The play was closing a couple of weeks later, and tickets were cheap and there were some great seats at the front of the dress circle. I’m not sure why, maybe because this play seemed like a huge part of my life at that point in time, but I fancied seeing it one last time on the closing night. This time I went alone, and ended up sat next to this American woman and her husband. I heard her say to him “I’ve heard good reviews of this but you can never be sure.”

I butted in, “yeah it’s really good, trust me. This is my fourth time.”

She said “Fourth time, is that normal when you live in London?”

“Nah, I think it’s just me. First time, colleague, second time, cheating skank, third time, hot lesbian, and this time, it’s just for me.”

It was the best performance of all the ones I saw, the actors really gave it everything, even smashed up some bits of the set at the end. How rock ‘n’ roll! Afterwards I hung around outside with my bag of souvenirs waiting for the stars so I could get them signed. I had become one of the groupies; I had the poster, the programme, the script book – I even had a pair of binoculars from in front of my seat – I figured, I’ve spent hundreds of pounds on this play, I’m fucking having these.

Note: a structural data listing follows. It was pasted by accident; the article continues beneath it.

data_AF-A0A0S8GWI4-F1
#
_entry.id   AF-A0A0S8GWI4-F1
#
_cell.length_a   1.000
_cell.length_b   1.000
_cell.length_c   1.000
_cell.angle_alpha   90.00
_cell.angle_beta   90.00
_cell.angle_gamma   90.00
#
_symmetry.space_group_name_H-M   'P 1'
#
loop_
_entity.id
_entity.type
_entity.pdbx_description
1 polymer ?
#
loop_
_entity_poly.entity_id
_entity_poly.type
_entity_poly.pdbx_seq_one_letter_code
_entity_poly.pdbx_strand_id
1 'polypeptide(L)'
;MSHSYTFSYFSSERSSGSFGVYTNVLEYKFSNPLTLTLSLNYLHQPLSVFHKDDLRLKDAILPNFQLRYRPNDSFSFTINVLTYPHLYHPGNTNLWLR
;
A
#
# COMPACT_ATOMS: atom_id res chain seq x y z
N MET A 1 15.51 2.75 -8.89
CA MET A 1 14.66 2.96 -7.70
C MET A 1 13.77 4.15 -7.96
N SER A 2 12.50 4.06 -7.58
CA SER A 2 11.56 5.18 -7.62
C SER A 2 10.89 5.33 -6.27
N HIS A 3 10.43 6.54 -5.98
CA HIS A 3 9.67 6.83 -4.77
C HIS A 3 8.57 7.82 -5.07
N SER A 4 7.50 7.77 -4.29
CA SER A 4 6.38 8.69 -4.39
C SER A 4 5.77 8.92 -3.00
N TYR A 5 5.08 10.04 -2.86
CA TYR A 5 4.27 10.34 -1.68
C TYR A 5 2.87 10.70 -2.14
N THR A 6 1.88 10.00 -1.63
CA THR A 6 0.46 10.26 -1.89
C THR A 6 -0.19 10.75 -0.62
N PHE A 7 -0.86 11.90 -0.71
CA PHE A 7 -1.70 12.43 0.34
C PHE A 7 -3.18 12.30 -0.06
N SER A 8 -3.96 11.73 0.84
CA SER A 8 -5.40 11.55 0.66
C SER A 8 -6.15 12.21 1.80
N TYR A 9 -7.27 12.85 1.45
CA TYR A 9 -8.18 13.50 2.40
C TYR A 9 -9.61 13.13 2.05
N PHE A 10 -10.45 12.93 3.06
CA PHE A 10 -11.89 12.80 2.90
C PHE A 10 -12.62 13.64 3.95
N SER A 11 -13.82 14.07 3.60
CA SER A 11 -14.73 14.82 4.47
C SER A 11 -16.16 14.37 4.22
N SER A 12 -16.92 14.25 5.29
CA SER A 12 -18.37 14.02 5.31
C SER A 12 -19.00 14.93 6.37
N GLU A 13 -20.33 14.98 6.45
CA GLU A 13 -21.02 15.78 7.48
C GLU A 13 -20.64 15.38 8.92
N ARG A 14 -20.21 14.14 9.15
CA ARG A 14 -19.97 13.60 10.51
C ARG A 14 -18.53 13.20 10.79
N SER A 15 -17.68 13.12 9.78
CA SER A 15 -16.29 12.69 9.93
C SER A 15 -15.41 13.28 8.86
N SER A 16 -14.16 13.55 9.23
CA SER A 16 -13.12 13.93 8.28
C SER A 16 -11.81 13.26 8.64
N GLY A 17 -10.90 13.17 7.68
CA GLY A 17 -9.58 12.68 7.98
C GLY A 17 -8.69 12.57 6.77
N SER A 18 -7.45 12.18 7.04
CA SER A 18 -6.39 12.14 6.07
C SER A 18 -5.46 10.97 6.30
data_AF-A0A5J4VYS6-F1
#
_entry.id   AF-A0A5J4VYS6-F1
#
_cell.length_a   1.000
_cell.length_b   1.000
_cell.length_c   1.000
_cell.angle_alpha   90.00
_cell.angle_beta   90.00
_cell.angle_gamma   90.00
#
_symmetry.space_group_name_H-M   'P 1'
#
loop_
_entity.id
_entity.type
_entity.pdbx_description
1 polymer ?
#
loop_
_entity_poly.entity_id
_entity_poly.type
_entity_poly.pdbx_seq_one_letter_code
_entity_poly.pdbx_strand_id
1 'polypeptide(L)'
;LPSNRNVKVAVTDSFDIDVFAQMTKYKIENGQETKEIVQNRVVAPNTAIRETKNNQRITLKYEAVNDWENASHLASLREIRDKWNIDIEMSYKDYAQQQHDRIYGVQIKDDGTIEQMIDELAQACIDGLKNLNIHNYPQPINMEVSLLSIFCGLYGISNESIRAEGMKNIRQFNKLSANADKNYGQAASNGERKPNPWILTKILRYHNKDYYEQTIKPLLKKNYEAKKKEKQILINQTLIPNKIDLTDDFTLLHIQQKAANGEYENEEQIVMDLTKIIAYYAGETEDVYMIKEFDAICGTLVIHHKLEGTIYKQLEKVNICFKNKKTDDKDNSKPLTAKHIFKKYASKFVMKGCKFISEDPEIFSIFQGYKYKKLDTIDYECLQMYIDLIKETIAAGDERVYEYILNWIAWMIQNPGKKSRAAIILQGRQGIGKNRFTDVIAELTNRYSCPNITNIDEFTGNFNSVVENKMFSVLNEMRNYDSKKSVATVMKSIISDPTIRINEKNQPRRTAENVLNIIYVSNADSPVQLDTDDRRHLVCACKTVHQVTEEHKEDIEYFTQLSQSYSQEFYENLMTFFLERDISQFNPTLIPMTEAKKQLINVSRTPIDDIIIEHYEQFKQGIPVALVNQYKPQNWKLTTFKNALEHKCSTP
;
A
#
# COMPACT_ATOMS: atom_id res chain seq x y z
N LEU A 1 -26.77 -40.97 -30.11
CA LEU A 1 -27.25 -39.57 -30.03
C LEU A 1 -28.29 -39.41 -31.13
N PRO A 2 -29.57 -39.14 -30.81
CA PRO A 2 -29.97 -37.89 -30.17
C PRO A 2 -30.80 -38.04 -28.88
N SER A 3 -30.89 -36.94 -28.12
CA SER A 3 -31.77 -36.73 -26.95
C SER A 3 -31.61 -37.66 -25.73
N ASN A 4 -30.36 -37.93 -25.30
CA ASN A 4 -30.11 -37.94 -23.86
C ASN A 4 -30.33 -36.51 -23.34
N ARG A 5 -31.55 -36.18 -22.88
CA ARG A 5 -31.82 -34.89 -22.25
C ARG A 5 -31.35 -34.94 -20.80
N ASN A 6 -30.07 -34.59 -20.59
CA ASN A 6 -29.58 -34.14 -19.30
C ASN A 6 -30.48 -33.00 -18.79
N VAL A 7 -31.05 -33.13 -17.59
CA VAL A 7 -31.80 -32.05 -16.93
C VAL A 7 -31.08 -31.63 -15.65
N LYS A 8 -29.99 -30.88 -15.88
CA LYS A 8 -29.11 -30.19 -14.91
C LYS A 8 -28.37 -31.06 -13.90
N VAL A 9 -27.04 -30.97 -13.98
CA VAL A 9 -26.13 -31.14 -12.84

The actors came out and I rushed to Stiles with my programme; she signed it as her bodyguard gave me a strange look of familiarity – he must have thought I was a proper hardcore stalker. I moved on to Eckhart who was signing various things for people, he signed my programme, then signed someone’s ticket and mistakenly went to hand it back to me instead – this massive bloke shunted me off to the side to grab his prized signed ticket and I almost ended up on the ground.

If there’s one thing I learned from these four trips to see Oleanna it’s that going to the theatre can be a particularly violent experience…

Don't just sit there, say something, the silence is freaking me out!